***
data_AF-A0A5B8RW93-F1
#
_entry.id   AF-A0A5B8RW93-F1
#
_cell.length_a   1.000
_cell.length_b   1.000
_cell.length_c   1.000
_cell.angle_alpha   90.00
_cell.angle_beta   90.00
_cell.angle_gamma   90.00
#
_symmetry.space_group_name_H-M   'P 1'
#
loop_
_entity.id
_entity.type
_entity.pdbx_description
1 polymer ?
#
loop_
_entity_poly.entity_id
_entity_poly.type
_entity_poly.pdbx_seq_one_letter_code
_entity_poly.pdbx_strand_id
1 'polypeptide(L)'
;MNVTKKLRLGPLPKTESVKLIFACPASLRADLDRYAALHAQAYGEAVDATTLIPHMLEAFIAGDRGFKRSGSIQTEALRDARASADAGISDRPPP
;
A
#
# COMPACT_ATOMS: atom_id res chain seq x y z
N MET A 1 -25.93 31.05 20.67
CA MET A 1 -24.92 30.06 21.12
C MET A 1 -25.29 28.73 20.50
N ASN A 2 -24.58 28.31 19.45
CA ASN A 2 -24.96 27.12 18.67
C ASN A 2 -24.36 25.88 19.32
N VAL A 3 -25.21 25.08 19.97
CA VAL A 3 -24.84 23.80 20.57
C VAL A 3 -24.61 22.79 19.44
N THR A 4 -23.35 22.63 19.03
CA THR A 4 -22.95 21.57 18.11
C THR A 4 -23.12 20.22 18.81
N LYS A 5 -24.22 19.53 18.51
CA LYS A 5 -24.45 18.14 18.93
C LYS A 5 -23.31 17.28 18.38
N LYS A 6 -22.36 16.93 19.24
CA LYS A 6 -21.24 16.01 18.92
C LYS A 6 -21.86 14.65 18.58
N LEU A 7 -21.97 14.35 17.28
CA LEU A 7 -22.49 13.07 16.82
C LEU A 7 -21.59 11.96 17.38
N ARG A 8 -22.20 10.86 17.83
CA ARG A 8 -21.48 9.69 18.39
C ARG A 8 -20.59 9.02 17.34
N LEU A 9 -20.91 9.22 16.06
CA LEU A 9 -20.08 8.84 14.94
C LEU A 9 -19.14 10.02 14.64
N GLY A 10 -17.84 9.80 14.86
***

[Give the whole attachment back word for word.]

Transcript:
data_AF-A0A5B8RW93-F1
#
_entry.id   AF-A0A5B8RW93-F1
#
_cell.length_a   1.000
_cell.length_b   1.000
_cell.length_c   1.000
_cell.angle_alpha   90.00
_cell.angle_beta   90.00
_cell.angle_gamma   90.00
#
_symmetry.space_group_name_H-M   'P 1'
#
loop_
_entity.id
_entity.type
_entity.pdbx_description
1 polymer ?
#
loop_
_entity_poly.entity_id
_entity_poly.type
_entity_poly.pdbx_seq_one_letter_code
_entity_poly.pdbx_strand_id
1 'polypeptide(L)'
;MNVTKKLRLGPLPKTESVKLIFACPASLRADLDRYAALHAQAYGEAVDATTLIPHMLEAFIAGDRGFKRSGSIQTEALRDARASADAGISDRPPP
;
A
#
# COMPACT_ATOMS: atom_id res chain seq x y z
N MET A 1 -25.93 31.05 20.67
CA MET A 1 -24.92 30.06 21.12
C MET A 1 -25.29 28.73 20.50
N ASN A 2 -24.58 28.31 19.45
CA ASN A 2 -24.96 27.12 18.67
C ASN A 2 -24.36 25.88 19.32
N VAL A 3 -25.21 25.08 19.97
CA VAL A 3 -24.84 23.80 20.57
C VAL A 3 -24.61 22.79 19.44
N THR A 4 -23.35 22.63 19.03
CA THR A 4 -22.95 21.57 18.11
C THR A 4 -23.12 20.22 18.81
N LYS A 5 -24.22 19.53 18.51
CA LYS A 5 -24.45 18.14 18.93
C LYS A 5 -23.31 17.28 18.38
N LYS A 6 -22.36 16.93 19.24
CA LYS A 6 -21.24 16.01 18.92
C LYS A 6 -21.86 14.65 18.58
N LEU A 7 -21.97 14.35 17.28
CA LEU A 7 -22.49 13.07 16.82
C LEU A 7 -21.59 11.96 17.38
N ARG A 8 -22.20 10.86 17.83
CA ARG A 8 -21.48 9.69 18.39
C ARG A 8 -20.59 9.02 17.34
N LEU A 9 -20.91 9.22 16.06
CA LEU A 9 -20.08 8.84 14.94
C LEU A 9 -19.14 10.02 14.64
N GLY A 10 -17.84 9.80 14.86